What if There Were No Prices? Railroad Thought Experiment

What if there were no prices? How would you use available resources?

To appreciate why market prices are essential to human well-being, consider what a fix we would be in without them. Suppose you were the commissar of railroads in the old Soviet Union. Markets and prices have been banished. You and your comrades. Passionate communists all. Now, directly plan how to use available resources.

You want a railroad from city A to city B, but between the cities is a mountain range. Suppose somehow you know that the railroad once built. Will serve the nation equally well. Whether it goes through the mountains or around. If you build through the mountains, you’ll use much less steel for the tracks.

Because that route is shorter. But you’ll use a great deal of engineering to design the trestles and tunnels needed to cross the rough terrain. That matters because engineering is also needed to design irrigation systems, mines, harbor installations and other structures. And you don’t want to tie up engineering on your railroad if it would be more valuable designing those other structures instead.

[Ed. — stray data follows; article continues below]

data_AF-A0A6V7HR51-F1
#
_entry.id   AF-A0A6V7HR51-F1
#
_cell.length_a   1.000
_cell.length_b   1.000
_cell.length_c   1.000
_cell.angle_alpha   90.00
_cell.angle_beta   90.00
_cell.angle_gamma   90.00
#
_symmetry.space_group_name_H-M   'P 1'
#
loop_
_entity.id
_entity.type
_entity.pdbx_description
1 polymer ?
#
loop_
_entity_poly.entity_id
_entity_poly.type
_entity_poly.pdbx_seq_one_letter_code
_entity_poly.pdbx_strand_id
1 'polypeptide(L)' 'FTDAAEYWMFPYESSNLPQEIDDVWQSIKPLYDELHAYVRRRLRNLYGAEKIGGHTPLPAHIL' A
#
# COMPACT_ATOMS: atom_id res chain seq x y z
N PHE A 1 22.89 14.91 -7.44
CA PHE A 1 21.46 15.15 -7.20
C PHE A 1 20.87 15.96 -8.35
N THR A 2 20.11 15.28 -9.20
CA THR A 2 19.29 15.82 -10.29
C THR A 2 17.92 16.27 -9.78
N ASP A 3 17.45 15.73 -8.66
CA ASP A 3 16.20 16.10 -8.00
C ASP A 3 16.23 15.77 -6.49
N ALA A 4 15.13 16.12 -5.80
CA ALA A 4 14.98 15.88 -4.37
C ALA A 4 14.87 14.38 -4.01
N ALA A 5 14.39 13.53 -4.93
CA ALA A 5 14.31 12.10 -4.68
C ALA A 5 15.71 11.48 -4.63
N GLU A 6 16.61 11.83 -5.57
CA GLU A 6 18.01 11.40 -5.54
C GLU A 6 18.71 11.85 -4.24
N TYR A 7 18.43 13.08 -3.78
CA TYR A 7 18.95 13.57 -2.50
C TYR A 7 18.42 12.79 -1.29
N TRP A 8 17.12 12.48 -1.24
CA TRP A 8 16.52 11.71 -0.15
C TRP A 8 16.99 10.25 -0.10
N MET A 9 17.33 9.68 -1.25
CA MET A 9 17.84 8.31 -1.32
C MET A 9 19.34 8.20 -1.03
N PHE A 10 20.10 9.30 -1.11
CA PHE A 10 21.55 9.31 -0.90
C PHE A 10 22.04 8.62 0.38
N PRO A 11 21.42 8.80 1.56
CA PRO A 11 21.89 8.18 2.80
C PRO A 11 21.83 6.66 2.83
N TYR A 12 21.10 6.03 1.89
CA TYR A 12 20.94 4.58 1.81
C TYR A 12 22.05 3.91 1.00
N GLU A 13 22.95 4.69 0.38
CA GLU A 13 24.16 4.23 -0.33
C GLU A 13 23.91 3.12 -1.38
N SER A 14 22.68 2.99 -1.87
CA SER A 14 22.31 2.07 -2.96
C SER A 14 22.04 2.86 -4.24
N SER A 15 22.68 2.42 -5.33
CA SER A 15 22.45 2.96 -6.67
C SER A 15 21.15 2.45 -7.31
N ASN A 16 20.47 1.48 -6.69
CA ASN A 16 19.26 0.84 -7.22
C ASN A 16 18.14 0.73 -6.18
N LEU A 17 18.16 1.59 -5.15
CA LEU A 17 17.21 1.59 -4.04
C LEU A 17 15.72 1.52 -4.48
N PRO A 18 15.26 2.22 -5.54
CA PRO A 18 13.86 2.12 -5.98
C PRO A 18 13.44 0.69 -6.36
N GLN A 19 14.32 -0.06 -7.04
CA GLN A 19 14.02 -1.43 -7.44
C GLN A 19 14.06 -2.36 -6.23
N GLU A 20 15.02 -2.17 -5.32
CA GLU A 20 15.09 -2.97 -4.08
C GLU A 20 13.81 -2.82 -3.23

You can save engineering for other projects. If you build around the mountains on level ground. But that way you’ll use much more steel rail to go the longer distance and steel is also needed for other purposes. For vehicles, girders, ships, pots and pans and thousands of other things.

Which route should you choose for the good of the nation? To answer, you would need to determine which bundle of resources is less urgently needed for other purposes. The large amount of engineering and small amount of steel for the route through the mountains, where the small amount of engineering and large amount of steel for the roundabout route.

But how could you find out the urgency of need for engineering and steel in other uses? Find out more as Professor Howard Baetjer Jr. from Towson University explains market prices through the railroad thought experiment.

 

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